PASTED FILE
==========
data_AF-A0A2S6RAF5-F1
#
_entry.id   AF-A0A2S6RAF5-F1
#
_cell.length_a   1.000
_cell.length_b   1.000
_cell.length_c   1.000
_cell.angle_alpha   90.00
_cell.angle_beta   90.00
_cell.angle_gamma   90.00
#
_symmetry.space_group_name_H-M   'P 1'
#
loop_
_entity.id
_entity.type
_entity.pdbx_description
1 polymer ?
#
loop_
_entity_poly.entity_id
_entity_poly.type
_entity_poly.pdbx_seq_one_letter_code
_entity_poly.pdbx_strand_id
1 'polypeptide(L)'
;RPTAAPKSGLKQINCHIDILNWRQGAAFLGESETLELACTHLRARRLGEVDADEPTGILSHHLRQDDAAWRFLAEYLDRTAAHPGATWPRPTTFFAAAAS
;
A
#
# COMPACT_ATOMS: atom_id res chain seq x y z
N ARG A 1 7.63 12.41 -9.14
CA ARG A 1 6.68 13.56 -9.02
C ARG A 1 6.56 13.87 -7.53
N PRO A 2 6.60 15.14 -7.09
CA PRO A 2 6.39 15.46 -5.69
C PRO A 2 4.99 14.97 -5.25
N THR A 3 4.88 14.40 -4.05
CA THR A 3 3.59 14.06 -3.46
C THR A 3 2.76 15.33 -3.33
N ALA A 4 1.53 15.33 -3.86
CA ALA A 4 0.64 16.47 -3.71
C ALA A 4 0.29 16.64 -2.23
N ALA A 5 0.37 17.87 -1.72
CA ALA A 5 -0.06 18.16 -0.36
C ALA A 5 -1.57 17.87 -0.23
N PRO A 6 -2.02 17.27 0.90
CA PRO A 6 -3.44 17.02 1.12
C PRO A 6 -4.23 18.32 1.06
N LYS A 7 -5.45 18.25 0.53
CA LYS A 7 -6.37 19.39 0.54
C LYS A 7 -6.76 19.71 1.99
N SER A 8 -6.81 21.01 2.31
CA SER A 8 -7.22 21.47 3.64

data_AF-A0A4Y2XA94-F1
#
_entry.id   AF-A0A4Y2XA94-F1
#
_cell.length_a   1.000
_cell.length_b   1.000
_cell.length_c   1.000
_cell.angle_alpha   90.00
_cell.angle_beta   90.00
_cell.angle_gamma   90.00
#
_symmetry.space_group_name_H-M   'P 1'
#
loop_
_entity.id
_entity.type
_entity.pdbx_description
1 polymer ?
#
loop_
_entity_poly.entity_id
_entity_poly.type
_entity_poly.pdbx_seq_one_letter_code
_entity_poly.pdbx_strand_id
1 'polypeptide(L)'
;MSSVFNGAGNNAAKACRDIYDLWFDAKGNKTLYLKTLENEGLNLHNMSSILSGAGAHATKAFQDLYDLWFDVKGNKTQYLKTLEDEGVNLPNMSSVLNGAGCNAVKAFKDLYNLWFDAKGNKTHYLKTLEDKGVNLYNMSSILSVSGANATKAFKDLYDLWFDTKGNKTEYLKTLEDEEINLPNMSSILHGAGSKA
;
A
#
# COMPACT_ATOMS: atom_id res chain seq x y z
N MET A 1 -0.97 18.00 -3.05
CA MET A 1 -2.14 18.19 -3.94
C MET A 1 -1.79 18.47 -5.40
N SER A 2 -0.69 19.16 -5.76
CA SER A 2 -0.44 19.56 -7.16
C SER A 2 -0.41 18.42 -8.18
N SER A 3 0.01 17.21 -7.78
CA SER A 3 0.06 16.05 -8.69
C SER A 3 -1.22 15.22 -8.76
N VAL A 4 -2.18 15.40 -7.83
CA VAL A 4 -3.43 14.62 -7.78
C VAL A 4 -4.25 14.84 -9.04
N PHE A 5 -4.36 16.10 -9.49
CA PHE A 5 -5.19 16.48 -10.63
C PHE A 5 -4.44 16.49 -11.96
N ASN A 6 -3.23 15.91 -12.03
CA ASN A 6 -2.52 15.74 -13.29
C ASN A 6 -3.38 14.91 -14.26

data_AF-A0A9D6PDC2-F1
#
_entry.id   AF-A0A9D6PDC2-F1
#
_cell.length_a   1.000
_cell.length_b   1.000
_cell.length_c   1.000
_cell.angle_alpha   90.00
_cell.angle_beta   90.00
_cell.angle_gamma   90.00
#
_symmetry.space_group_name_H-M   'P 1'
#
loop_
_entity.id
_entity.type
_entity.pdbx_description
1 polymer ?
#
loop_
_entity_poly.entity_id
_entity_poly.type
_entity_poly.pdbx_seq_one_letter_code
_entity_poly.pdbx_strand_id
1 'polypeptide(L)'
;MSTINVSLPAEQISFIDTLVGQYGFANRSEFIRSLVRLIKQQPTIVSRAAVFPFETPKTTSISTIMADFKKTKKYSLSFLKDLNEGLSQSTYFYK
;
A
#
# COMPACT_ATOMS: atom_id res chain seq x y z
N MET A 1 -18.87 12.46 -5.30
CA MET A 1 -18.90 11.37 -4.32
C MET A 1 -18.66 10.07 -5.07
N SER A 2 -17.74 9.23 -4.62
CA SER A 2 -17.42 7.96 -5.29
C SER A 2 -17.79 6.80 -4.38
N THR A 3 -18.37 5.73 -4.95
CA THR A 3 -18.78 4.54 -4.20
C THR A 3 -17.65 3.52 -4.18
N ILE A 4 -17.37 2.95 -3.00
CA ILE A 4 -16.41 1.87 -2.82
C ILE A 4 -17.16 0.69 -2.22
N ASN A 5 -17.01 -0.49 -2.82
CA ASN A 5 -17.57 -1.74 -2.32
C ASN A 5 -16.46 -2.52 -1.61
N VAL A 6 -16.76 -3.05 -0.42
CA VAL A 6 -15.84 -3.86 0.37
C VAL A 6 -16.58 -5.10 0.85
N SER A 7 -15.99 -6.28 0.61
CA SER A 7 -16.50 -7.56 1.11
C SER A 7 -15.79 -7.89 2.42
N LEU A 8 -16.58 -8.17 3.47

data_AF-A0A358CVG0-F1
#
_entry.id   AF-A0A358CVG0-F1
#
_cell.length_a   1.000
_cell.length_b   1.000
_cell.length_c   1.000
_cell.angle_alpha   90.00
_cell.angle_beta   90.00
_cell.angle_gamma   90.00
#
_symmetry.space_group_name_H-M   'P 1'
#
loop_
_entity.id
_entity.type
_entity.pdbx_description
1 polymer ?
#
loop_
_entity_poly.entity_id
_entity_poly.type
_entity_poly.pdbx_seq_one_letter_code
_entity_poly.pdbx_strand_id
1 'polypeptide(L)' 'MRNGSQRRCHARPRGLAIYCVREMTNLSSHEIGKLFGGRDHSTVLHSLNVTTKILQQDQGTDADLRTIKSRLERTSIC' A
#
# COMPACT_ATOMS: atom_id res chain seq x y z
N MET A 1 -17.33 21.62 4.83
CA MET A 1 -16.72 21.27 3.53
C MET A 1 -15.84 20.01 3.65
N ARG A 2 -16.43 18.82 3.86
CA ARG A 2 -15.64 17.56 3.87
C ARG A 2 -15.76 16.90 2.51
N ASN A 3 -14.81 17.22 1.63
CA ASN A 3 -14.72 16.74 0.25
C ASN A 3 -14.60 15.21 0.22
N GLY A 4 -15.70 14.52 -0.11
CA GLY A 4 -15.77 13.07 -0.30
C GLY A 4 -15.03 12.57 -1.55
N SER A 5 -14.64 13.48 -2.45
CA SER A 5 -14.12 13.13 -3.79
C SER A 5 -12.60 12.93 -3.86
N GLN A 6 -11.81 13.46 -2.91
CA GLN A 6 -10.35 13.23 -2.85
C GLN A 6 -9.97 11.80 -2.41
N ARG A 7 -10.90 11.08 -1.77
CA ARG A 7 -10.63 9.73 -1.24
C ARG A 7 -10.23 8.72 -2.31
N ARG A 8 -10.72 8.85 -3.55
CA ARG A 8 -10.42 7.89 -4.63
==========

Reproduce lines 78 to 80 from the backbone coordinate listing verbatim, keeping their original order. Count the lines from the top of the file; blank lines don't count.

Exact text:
1 'polypeptide(L)'
;MSSVFNGAGNNAAKACRDIYDLWFDAKGNKTLYLKTLENEGLNLHNMSSILSGAGAHATKAFQDLYDLWFDVKGNKTQYLKTLEDEGVNLPNMSSVLNGAGCNAVKAFKDLYNLWFDAKGNKTHYLKTLEDKGVNLYNMSSILSVSGANATKAFKDLYDLWFDTKGNKTEYLKTLEDEEINLPNMSSILHGAGSKA
;